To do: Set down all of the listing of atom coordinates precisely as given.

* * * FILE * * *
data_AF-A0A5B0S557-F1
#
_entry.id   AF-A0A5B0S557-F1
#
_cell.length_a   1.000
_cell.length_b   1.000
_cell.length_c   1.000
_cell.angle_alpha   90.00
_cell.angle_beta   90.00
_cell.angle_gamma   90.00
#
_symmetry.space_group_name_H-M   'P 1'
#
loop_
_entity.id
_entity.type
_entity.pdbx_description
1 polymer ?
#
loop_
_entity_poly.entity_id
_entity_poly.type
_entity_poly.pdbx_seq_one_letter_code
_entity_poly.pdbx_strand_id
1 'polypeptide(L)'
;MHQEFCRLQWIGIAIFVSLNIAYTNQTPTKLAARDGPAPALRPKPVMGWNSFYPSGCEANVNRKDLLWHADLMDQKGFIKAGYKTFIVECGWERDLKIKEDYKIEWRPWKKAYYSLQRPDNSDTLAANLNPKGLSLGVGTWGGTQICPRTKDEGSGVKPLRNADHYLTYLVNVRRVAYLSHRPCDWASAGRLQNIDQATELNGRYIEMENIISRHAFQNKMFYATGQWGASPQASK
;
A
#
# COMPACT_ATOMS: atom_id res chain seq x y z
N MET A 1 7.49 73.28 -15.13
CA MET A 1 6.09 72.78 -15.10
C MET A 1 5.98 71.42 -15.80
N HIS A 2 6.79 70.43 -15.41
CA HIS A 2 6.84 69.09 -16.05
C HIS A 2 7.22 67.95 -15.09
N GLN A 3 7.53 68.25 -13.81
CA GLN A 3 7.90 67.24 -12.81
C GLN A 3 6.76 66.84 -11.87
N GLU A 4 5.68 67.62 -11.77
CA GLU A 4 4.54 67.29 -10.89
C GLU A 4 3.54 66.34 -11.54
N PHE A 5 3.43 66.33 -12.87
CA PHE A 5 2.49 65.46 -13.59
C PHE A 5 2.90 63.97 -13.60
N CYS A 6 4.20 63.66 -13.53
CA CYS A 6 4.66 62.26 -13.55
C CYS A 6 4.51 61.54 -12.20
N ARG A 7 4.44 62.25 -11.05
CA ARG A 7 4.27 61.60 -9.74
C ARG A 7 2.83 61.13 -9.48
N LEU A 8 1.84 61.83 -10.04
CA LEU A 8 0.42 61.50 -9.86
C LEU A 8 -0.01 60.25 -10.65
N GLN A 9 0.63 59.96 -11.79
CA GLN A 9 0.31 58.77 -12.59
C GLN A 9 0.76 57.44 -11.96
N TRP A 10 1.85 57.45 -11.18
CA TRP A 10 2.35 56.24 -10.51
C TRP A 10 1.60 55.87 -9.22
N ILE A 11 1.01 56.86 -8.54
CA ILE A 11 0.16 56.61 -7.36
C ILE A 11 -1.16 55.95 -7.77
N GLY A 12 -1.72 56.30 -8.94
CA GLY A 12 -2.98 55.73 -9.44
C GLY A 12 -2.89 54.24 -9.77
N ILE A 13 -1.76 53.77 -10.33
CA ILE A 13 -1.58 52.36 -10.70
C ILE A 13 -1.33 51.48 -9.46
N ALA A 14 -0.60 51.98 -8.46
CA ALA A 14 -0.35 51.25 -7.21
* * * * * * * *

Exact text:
data_AF-A0A5B0S557-F1
#
_entry.id   AF-A0A5B0S557-F1
#
_cell.length_a   1.000
_cell.length_b   1.000
_cell.length_c   1.000
_cell.angle_alpha   90.00
_cell.angle_beta   90.00
_cell.angle_gamma   90.00
#
_symmetry.space_group_name_H-M   'P 1'
#
loop_
_entity.id
_entity.type
_entity.pdbx_description
1 polymer ?
#
loop_
_entity_poly.entity_id
_entity_poly.type
_entity_poly.pdbx_seq_one_letter_code
_entity_poly.pdbx_strand_id
1 'polypeptide(L)'
;MHQEFCRLQWIGIAIFVSLNIAYTNQTPTKLAARDGPAPALRPKPVMGWNSFYPSGCEANVNRKDLLWHADLMDQKGFIKAGYKTFIVECGWERDLKIKEDYKIEWRPWKKAYYSLQRPDNSDTLAANLNPKGLSLGVGTWGGTQICPRTKDEGSGVKPLRNADHYLTYLVNVRRVAYLSHRPCDWASAGRLQNIDQATELNGRYIEMENIISRHAFQNKMFYATGQWGASPQASK
;
A
#
# COMPACT_ATOMS: atom_id res chain seq x y z
N MET A 1 7.49 73.28 -15.13
CA MET A 1 6.09 72.78 -15.10
C MET A 1 5.98 71.42 -15.80
N HIS A 2 6.79 70.43 -15.41
CA HIS A 2 6.84 69.09 -16.05
C HIS A 2 7.22 67.95 -15.09
N GLN A 3 7.53 68.25 -13.81
CA GLN A 3 7.90 67.24 -12.81
C GLN A 3 6.76 66.84 -11.87
N GLU A 4 5.68 67.62 -11.77
CA GLU A 4 4.54 67.29 -10.89
C GLU A 4 3.54 66.34 -11.54
N PHE A 5 3.43 66.33 -12.87
CA PHE A 5 2.49 65.46 -13.59
C PHE A 5 2.90 63.97 -13.60
N CYS A 6 4.20 63.66 -13.53
CA CYS A 6 4.66 62.26 -13.55
C CYS A 6 4.51 61.54 -12.20
N ARG A 7 4.44 62.25 -11.05
CA ARG A 7 4.27 61.60 -9.74
C ARG A 7 2.83 61.13 -9.48
N LEU A 8 1.84 61.83 -10.04
CA LEU A 8 0.42 61.50 -9.86
C LEU A 8 -0.01 60.25 -10.65
N GLN A 9 0.63 59.96 -11.79
CA GLN A 9 0.31 58.77 -12.59
C GLN A 9 0.76 57.44 -11.96
N TRP A 10 1.85 57.45 -11.18
CA TRP A 10 2.35 56.24 -10.51
C TRP A 10 1.60 55.87 -9.22
N ILE A 11 1.01 56.86 -8.54
CA ILE A 11 0.16 56.61 -7.36
C ILE A 11 -1.16 55.95 -7.77
N GLY A 12 -1.72 56.30 -8.94
CA GLY A 12 -2.98 55.73 -9.44
C GLY A 12 -2.89 54.24 -9.77
N ILE A 13 -1.76 53.77 -10.33
CA ILE A 13 -1.58 52.36 -10.70
C ILE A 13 -1.33 51.48 -9.46
N ALA A 14 -0.60 51.98 -8.46
CA ALA A 14 -0.35 51.25 -7.21